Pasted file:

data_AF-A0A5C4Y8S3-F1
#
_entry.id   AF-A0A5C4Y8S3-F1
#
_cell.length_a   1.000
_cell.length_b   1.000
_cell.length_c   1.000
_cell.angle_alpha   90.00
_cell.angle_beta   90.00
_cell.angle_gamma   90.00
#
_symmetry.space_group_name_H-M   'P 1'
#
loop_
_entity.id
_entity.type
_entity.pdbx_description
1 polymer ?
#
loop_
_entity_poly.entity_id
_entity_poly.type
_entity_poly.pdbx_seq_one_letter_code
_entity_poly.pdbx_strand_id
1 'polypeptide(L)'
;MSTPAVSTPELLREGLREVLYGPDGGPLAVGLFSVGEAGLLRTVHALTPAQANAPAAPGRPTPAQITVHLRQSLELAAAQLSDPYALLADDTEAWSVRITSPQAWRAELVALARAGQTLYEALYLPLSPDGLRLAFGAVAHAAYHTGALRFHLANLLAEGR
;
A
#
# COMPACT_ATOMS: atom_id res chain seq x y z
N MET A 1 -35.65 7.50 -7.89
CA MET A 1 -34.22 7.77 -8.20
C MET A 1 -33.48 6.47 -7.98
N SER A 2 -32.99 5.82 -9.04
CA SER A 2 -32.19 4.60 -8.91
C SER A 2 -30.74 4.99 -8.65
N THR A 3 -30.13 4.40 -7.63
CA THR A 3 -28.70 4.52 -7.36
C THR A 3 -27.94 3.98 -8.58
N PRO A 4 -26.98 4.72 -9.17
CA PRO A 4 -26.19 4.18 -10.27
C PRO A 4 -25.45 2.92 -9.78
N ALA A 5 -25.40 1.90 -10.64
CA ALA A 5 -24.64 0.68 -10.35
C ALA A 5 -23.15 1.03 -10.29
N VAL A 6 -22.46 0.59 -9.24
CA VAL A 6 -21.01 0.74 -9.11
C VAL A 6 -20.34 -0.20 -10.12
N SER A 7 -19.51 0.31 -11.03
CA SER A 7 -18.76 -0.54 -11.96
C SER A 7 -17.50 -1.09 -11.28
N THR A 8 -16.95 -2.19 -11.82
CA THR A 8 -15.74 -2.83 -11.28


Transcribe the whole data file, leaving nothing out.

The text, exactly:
data_AF-A0A5C4Y8S3-F1
#
_entry.id   AF-A0A5C4Y8S3-F1
#
_cell.length_a   1.000
_cell.length_b   1.000
_cell.length_c   1.000
_cell.angle_alpha   90.00
_cell.angle_beta   90.00
_cell.angle_gamma   90.00
#
_symmetry.space_group_name_H-M   'P 1'
#
loop_
_entity.id
_entity.type
_entity.pdbx_description
1 polymer ?
#
loop_
_entity_poly.entity_id
_entity_poly.type
_entity_poly.pdbx_seq_one_letter_code
_entity_poly.pdbx_strand_id
1 'polypeptide(L)'
;MSTPAVSTPELLREGLREVLYGPDGGPLAVGLFSVGEAGLLRTVHALTPAQANAPAAPGRPTPAQITVHLRQSLELAAAQLSDPYALLADDTEAWSVRITSPQAWRAELVALARAGQTLYEALYLPLSPDGLRLAFGAVAHAAYHTGALRFHLANLLAEGR
;
A
#
# COMPACT_ATOMS: atom_id res chain seq x y z
N MET A 1 -35.65 7.50 -7.89
CA MET A 1 -34.22 7.77 -8.20
C MET A 1 -33.48 6.47 -7.98
N SER A 2 -32.99 5.82 -9.04
CA SER A 2 -32.19 4.60 -8.91
C SER A 2 -30.74 4.99 -8.65
N THR A 3 -30.13 4.40 -7.63
CA THR A 3 -28.70 4.52 -7.36
C THR A 3 -27.94 3.98 -8.58
N PRO A 4 -26.98 4.72 -9.17
CA PRO A 4 -26.19 4.18 -10.27
C PRO A 4 -25.45 2.92 -9.78
N ALA A 5 -25.40 1.90 -10.64
CA ALA A 5 -24.64 0.68 -10.35
C ALA A 5 -23.15 1.03 -10.29
N VAL A 6 -22.46 0.59 -9.24
CA VAL A 6 -21.01 0.74 -9.11
C VAL A 6 -20.34 -0.20 -10.12
N SER A 7 -19.51 0.31 -11.03
CA SER A 7 -18.76 -0.54 -11.96
C SER A 7 -17.50 -1.09 -11.28
N THR A 8 -16.95 -2.19 -11.82
CA THR A 8 -15.74 -2.83 -11.28